Editorial: Gore's Calvin Community Church has closed ranks - tightened its holy huddle - against a 72-year-old woman in its midst.
OPINION: It has revoked her membership because she wasn't married to, and wouldn't dump, her partner.
Before the church members rise to protest this conclusion we should acknowledge that strictly speaking she wasn't turned away. She remains welcome to worship with the others; just not as a member.
It seems to be a white folks having different status to black folks deal, albeit in sinful rather than racial terms.
Unsurprisingly, the elderly woman is feeling stonily judged and rebuffed by the church to which she belonged for 30 years.
Mercifully (if we could put it that way) she has found a warmer welcome at another church - one that doesn't appear to regard her, at all, as a geriatric Jezebel.
That is probably the best achievable outcome.
On the face of it, she may have grounds to appeal her loss of membership. The Presbyterian Church's rule about de facto relationships relates to leadership roles rather than membership, according to Southern Presbytery executive officer Rev Alan Judge.
Whether the call made by the Calvin Community Church's elders is simply inconsistent with this, or reflects a degree of autonomy between individual Presbyterian churches, is a matter about which the wider community isn't likely to care much.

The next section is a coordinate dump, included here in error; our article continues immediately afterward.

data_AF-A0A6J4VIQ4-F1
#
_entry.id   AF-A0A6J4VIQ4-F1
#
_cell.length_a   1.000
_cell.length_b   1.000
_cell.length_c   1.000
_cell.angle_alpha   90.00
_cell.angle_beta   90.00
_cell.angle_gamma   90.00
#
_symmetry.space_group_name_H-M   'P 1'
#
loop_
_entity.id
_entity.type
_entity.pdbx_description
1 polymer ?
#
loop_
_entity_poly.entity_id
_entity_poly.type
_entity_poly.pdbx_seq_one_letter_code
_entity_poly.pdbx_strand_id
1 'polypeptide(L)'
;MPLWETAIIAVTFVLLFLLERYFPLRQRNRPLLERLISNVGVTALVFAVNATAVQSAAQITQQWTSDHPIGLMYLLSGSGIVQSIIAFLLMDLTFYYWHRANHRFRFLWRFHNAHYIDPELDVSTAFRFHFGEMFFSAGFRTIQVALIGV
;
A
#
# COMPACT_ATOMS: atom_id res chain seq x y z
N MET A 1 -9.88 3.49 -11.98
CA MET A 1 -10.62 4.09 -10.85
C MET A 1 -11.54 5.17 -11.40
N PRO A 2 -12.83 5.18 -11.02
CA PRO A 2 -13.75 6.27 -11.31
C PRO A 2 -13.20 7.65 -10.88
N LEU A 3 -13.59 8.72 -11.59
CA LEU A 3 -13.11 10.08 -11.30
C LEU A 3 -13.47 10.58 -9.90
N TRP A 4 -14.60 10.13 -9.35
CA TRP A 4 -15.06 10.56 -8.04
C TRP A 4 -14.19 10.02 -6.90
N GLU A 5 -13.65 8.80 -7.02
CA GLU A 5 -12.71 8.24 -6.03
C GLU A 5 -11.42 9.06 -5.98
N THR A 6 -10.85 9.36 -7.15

But there's strong interest in the unkindness of the decision. Some side entirely with the woman's partner, Bruce Laird, that the approach taken was "archaic" and at odds with the acceptance and understanding to be expected from modern Christianity.
The counter view - every bit as sincerely held - is that this is a church holding true to its values.
And that is quite right. It is exactly that.
The question is how those values stack up.
Some churches are more liberal than others. They have many commonalities in how they interpret the word of God, but also many differences.
They should be allowed these differences and stand accountable for them.
Much as the Calvin church elders would raise their eyes skyward at the very word accountability, the fact remains that if they lowered their gaze just a tad they would see that the wider community - the one into which they would surely want to reach - will make its own calls, too, about whether this is a matter of integrity or meanness.
Those human judgments will be directed not only at which church got it right - the one that rejected her as a member, or the one that accepted her.
The coherence, consistency and internal logic of Christianity itself comes into question at such times. There are biblical passages that can certainly be cited to support the rejection of people in de facto marriages from Christian congregations. And others that certainly seem to embrace them.
To which all we can say is to repeat a phrase we picked up somewhere:
By their deeds shall ye know them.
If it applies to people it surely applies to churches, too.
- The Southland Times
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